Minnesota Wineries Fight In-State Grape Mandate

MINNEAPOLIS (CN) – Two farm wineries are challenging a Minnesota rule preventing them from using grapes, unfermented juices and honey from other states and countries, claiming such a severe restriction limits domestic and foreign commerce.

Minnesota requires farm wineries to produce their wine with a majority of raw materials that are grown or produced in the state, according to a lawsuit filed Tuesday in Minnesota federal court.

Alexis Bailly Vineyard and The Next Chapter Winery sued the Minnesota Department of Public Safety and its commissioner Mona Dohman, claiming the mandate prevents farm wineries from purchasing grapes, other fruit, unfermented juices, and honey from other states and regions of the world.

“The state’s severe restriction on farm wineries’ right to engage in commerce outside of Minnesota limits the varieties of wines that they can blend and offer to consumers, harming their businesses and hampering a market of locally produced wines that the public enjoys,” the lawsuit states.

Alexis Bailly Vineyard operates in Hastings, Minn., and planted one of the first vineyards in Minnesota in 1973, according to the complaint. By 1978, Alexis Bailly says it released the first wines to be produced commercially with only Minnesota grapes.

According to the complaint, Nan Bailly, the vineyard’s owner, grows different varieties of grapes, including French and Northern-climate varieties. The vineyard says it blends these grapes with other grapes and juices from Minnesota and other states.

However, Bailly has been unable to grow enough grapes in her vineyard to comply with the state’s mandate that a majority of the materials she uses to make her wine be grown in Minnesota, according to the lawsuit.

Bailly says she has been forced to purchase grapes from Minnesota grape growers and pays more for them than she has paid for out-of-state grapes.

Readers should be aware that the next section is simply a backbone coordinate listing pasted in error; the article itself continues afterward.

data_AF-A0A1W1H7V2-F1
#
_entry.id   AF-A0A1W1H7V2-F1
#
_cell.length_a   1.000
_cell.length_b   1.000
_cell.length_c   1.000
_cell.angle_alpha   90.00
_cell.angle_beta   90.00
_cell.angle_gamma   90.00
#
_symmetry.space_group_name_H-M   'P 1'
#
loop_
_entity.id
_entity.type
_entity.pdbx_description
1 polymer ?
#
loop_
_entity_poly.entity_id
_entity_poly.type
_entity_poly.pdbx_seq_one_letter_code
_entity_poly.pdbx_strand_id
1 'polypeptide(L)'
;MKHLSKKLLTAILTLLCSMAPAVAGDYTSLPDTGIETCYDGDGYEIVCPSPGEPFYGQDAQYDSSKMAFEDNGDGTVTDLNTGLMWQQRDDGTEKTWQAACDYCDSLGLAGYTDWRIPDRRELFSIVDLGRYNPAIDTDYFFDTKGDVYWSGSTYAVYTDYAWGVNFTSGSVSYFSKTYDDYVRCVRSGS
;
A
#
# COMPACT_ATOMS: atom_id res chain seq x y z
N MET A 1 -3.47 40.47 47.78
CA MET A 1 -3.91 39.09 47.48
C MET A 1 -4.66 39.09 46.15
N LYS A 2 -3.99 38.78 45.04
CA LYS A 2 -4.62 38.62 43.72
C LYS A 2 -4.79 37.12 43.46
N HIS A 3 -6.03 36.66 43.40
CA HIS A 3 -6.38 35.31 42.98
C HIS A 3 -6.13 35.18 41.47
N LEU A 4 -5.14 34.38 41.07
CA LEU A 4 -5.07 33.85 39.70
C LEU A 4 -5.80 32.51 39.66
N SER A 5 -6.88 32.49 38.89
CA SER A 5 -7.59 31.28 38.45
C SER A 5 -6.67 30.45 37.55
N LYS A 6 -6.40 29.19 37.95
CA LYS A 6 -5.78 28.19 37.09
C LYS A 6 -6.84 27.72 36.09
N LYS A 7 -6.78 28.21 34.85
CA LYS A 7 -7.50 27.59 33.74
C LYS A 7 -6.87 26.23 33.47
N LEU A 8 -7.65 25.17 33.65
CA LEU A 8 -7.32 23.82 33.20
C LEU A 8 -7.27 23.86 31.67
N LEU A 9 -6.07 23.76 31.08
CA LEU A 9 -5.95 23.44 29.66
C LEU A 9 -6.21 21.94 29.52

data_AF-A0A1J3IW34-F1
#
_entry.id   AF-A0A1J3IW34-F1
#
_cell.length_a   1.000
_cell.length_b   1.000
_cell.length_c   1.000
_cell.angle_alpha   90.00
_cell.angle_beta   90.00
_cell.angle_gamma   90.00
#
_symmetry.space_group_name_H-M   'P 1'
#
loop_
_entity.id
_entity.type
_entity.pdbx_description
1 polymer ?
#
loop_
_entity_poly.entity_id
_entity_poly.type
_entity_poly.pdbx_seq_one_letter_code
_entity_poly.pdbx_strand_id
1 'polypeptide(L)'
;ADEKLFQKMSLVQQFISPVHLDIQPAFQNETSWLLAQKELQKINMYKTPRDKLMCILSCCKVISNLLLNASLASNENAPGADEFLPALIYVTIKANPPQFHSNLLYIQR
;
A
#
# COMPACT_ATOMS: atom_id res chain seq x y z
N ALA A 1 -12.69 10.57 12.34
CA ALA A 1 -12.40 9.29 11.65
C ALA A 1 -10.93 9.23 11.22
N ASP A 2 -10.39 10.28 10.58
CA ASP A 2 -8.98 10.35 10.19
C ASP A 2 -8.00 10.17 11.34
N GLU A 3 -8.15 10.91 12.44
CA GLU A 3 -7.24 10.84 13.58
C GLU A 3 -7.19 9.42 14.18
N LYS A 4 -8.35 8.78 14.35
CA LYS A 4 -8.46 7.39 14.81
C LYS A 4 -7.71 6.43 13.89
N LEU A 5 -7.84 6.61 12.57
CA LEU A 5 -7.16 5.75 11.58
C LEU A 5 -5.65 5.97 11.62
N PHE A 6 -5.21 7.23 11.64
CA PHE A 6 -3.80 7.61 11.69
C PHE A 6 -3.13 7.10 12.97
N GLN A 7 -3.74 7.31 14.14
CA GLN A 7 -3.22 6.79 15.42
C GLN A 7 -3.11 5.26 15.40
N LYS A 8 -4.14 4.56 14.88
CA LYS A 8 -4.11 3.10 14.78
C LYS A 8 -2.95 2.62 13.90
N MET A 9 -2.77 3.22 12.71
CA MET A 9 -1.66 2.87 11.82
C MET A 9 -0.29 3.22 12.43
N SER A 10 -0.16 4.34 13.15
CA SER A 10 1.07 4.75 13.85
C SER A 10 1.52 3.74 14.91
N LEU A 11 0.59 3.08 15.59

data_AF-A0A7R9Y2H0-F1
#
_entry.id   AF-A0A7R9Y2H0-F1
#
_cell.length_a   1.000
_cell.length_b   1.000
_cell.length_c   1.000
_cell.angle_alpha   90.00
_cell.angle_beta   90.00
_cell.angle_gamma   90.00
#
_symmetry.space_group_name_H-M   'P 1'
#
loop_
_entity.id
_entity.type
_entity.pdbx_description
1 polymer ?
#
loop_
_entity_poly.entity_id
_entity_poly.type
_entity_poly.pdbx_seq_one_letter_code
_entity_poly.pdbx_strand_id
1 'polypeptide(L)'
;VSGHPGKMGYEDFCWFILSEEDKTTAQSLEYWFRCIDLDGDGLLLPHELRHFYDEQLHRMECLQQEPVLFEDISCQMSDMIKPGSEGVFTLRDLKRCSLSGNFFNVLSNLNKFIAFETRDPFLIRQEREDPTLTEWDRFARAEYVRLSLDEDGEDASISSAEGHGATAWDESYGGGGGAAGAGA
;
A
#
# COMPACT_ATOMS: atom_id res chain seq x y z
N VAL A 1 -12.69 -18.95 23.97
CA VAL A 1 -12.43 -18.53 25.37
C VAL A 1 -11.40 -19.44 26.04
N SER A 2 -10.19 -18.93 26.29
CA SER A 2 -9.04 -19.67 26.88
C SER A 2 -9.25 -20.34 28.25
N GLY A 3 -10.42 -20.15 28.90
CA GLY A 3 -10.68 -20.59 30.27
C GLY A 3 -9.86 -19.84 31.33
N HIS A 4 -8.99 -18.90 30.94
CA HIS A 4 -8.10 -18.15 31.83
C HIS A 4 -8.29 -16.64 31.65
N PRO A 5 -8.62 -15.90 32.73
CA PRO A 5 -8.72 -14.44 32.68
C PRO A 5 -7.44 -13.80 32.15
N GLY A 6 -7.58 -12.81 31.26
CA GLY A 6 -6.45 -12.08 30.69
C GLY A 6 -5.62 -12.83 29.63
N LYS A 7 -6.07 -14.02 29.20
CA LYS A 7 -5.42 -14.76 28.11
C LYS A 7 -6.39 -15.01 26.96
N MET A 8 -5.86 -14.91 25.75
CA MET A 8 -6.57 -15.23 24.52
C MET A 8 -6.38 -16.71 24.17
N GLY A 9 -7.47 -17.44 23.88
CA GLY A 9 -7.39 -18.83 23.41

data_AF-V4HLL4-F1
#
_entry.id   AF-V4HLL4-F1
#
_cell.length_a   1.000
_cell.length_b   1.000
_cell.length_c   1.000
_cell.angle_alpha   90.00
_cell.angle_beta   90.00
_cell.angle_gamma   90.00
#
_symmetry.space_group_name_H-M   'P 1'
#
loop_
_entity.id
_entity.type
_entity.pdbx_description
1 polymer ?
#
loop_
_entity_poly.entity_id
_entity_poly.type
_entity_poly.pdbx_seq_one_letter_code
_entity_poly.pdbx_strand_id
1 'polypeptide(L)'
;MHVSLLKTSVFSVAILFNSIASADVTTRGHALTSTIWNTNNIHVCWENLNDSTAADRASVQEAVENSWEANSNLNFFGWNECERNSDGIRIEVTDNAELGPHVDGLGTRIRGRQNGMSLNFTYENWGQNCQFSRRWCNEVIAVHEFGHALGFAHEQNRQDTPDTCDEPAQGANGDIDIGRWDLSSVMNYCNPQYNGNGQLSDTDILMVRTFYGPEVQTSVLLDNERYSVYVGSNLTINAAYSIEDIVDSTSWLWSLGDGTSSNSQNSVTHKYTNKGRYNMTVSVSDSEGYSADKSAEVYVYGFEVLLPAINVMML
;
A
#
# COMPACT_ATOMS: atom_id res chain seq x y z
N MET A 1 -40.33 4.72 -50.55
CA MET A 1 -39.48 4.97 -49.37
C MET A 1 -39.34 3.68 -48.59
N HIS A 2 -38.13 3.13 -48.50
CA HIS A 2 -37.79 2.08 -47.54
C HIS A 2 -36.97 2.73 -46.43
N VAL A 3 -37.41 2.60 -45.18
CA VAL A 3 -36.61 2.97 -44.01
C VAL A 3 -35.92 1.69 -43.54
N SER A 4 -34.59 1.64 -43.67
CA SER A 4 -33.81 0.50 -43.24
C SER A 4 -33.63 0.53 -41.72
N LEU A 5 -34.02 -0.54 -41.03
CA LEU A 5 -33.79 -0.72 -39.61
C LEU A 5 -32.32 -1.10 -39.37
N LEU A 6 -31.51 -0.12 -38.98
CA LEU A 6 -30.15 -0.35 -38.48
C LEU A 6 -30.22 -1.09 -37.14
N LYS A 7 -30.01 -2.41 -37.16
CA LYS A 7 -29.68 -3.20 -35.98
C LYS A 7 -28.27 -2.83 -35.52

Bailly had to seek an exemption from the state when she was unable to grow or purchase enough Minnesota grapes to satisfy the in-state mandate, the complaint states.

The vineyard owner says that after she obtained the temporary exemption, out-of-state juices from places like California improved the flavor of her wine. During that time, Bailly claims she blended and sold greater varieties of wines with interstate grapes and juices than she has sold while complying with Minnesota’s mandate.

Next Chapter Winery claims it has also struggled to source its wine with a majority of Minnesota-grown grapes and juices.

The winery has been operating since 2014 in New Prague, Minn. The owners, Timothy and Therese Tulloch, say they blend their wine on-site and use old-world techniques such as barrel aging and grape stomping.

“Each year, they have experienced crop loss and have had to find and purchase Minnesota-grown grapes to try to comply with the in-state mandate. These grapes have been more expensive than the grapes that they have purchased from other states. These grapes are also Northern-climate grapes, which tend to produce an acidic wine that is not suitable for all of their winemaking purposes,” the complaint states.

In 2014 and 2016, the Tullochs were forced to get one-year exemptions from the state due to significant crop loss from cold weather and the inability to purchase enough Minnesota-grown grapes to satisfy the mandate, according to the lawsuit.

Both years, Next Chapter says it sold greater varieties of wines than it sold under the mandate, just like Alexis Bailly.

The wineries say that the mandate is violating their clearly established rights to engage in interstate and foreign commerce.

“Defendant’s enforcement of this mandate severely limits Next Chapter Winery’s ability to access the raw materials it needs to blend and produce its wines. It also restricts the varieties and quality of wines it can offer to consumers,” the lawsuit states.

Next Chapter and Alexis Bailly seek an injunction allowing them to buy grapes and other raw materials for wine from outside Minnesota.

They are represented by Meagan Forbes with the Institute for Justice in Minneapolis.

A Department of Public Safety spokesman told local media that it doesn’t comment on pending litigation.

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